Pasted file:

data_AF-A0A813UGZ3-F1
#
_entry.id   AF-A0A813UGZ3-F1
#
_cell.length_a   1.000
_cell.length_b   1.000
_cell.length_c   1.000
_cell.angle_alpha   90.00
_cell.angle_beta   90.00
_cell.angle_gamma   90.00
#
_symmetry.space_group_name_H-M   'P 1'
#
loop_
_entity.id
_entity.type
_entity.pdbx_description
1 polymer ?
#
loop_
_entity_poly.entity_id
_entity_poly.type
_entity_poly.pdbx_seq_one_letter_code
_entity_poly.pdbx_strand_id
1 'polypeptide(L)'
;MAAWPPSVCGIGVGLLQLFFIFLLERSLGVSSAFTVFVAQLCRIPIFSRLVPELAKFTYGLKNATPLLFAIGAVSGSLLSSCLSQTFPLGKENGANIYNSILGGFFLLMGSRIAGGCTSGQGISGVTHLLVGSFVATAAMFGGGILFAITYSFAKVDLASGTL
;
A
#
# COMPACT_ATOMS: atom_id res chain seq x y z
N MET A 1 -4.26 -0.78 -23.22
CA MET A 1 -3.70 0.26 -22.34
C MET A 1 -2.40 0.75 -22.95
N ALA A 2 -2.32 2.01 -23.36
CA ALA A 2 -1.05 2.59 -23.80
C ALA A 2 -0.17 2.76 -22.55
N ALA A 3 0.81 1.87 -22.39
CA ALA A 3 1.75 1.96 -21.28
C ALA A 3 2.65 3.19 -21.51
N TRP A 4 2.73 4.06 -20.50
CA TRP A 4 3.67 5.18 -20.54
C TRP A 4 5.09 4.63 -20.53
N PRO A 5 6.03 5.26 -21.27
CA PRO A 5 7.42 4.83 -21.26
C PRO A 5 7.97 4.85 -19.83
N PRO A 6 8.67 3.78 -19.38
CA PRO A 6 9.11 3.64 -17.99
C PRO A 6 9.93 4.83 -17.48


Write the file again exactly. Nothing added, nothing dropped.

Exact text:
data_AF-A0A813UGZ3-F1
#
_entry.id   AF-A0A813UGZ3-F1
#
_cell.length_a   1.000
_cell.length_b   1.000
_cell.length_c   1.000
_cell.angle_alpha   90.00
_cell.angle_beta   90.00
_cell.angle_gamma   90.00
#
_symmetry.space_group_name_H-M   'P 1'
#
loop_
_entity.id
_entity.type
_entity.pdbx_description
1 polymer ?
#
loop_
_entity_poly.entity_id
_entity_poly.type
_entity_poly.pdbx_seq_one_letter_code
_entity_poly.pdbx_strand_id
1 'polypeptide(L)'
;MAAWPPSVCGIGVGLLQLFFIFLLERSLGVSSAFTVFVAQLCRIPIFSRLVPELAKFTYGLKNATPLLFAIGAVSGSLLSSCLSQTFPLGKENGANIYNSILGGFFLLMGSRIAGGCTSGQGISGVTHLLVGSFVATAAMFGGGILFAITYSFAKVDLASGTL
;
A
#
# COMPACT_ATOMS: atom_id res chain seq x y z
N MET A 1 -4.26 -0.78 -23.22
CA MET A 1 -3.70 0.26 -22.34
C MET A 1 -2.40 0.75 -22.95
N ALA A 2 -2.32 2.01 -23.36
CA ALA A 2 -1.05 2.59 -23.80
C ALA A 2 -0.17 2.76 -22.55
N ALA A 3 0.81 1.87 -22.39
CA ALA A 3 1.75 1.96 -21.28
C ALA A 3 2.65 3.19 -21.51
N TRP A 4 2.73 4.06 -20.50
CA TRP A 4 3.67 5.18 -20.54
C TRP A 4 5.09 4.63 -20.53
N PRO A 5 6.03 5.26 -21.27
CA PRO A 5 7.42 4.83 -21.26
C PRO A 5 7.97 4.85 -19.83
N PRO A 6 8.67 3.78 -19.38
CA PRO A 6 9.11 3.64 -17.99
C PRO A 6 9.93 4.83 -17.48